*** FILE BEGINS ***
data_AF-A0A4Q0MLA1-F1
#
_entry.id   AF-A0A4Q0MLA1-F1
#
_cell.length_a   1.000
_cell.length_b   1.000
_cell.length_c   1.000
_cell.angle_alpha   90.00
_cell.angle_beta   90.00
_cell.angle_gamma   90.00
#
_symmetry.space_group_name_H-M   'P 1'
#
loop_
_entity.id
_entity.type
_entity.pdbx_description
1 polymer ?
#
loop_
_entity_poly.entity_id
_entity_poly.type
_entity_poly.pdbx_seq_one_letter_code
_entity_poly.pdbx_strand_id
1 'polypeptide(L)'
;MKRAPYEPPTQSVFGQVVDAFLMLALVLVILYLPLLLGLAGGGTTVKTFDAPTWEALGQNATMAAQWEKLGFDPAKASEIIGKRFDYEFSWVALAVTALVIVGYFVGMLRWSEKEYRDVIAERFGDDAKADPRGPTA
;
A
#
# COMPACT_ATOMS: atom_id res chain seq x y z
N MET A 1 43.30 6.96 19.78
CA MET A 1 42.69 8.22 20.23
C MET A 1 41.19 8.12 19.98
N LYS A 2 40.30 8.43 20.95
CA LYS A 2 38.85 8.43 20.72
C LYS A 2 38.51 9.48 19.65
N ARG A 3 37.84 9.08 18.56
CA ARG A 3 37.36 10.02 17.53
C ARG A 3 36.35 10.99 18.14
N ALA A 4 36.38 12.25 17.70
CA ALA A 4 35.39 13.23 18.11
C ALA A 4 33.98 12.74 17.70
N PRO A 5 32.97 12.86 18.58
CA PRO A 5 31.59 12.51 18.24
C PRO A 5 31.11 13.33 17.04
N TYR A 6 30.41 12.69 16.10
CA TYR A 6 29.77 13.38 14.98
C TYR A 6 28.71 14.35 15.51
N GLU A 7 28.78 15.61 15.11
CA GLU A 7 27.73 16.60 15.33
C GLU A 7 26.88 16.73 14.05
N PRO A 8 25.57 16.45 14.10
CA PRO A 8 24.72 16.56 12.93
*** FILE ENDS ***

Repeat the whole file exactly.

data_AF-A0A4Q0MLA1-F1
#
_entry.id   AF-A0A4Q0MLA1-F1
#
_cell.length_a   1.000
_cell.length_b   1.000
_cell.length_c   1.000
_cell.angle_alpha   90.00
_cell.angle_beta   90.00
_cell.angle_gamma   90.00
#
_symmetry.space_group_name_H-M   'P 1'
#
loop_
_entity.id
_entity.type
_entity.pdbx_description
1 polymer ?
#
loop_
_entity_poly.entity_id
_entity_poly.type
_entity_poly.pdbx_seq_one_letter_code
_entity_poly.pdbx_strand_id
1 'polypeptide(L)'
;MKRAPYEPPTQSVFGQVVDAFLMLALVLVILYLPLLLGLAGGGTTVKTFDAPTWEALGQNATMAAQWEKLGFDPAKASEIIGKRFDYEFSWVALAVTALVIVGYFVGMLRWSEKEYRDVIAERFGDDAKADPRGPTA
;
A
#
# COMPACT_ATOMS: atom_id res chain seq x y z
N MET A 1 43.30 6.96 19.78
CA MET A 1 42.69 8.22 20.23
C MET A 1 41.19 8.12 19.98
N LYS A 2 40.30 8.43 20.95
CA LYS A 2 38.85 8.43 20.72
C LYS A 2 38.51 9.48 19.65
N ARG A 3 37.84 9.08 18.56
CA ARG A 3 37.36 10.02 17.53
C ARG A 3 36.35 10.99 18.14
N ALA A 4 36.38 12.25 17.70
CA ALA A 4 35.39 13.23 18.11
C ALA A 4 33.98 12.74 17.70
N PRO A 5 32.97 12.86 18.58
CA PRO A 5 31.59 12.51 18.24
C PRO A 5 31.11 13.33 17.04
N TYR A 6 30.41 12.69 16.10
CA TYR A 6 29.77 13.38 14.98
C TYR A 6 28.71 14.35 15.51
N GLU A 7 28.78 15.61 15.11
CA GLU A 7 27.73 16.60 15.33
C GLU A 7 26.88 16.73 14.05
N PRO A 8 25.57 16.45 14.10
CA PRO A 8 24.72 16.56 12.93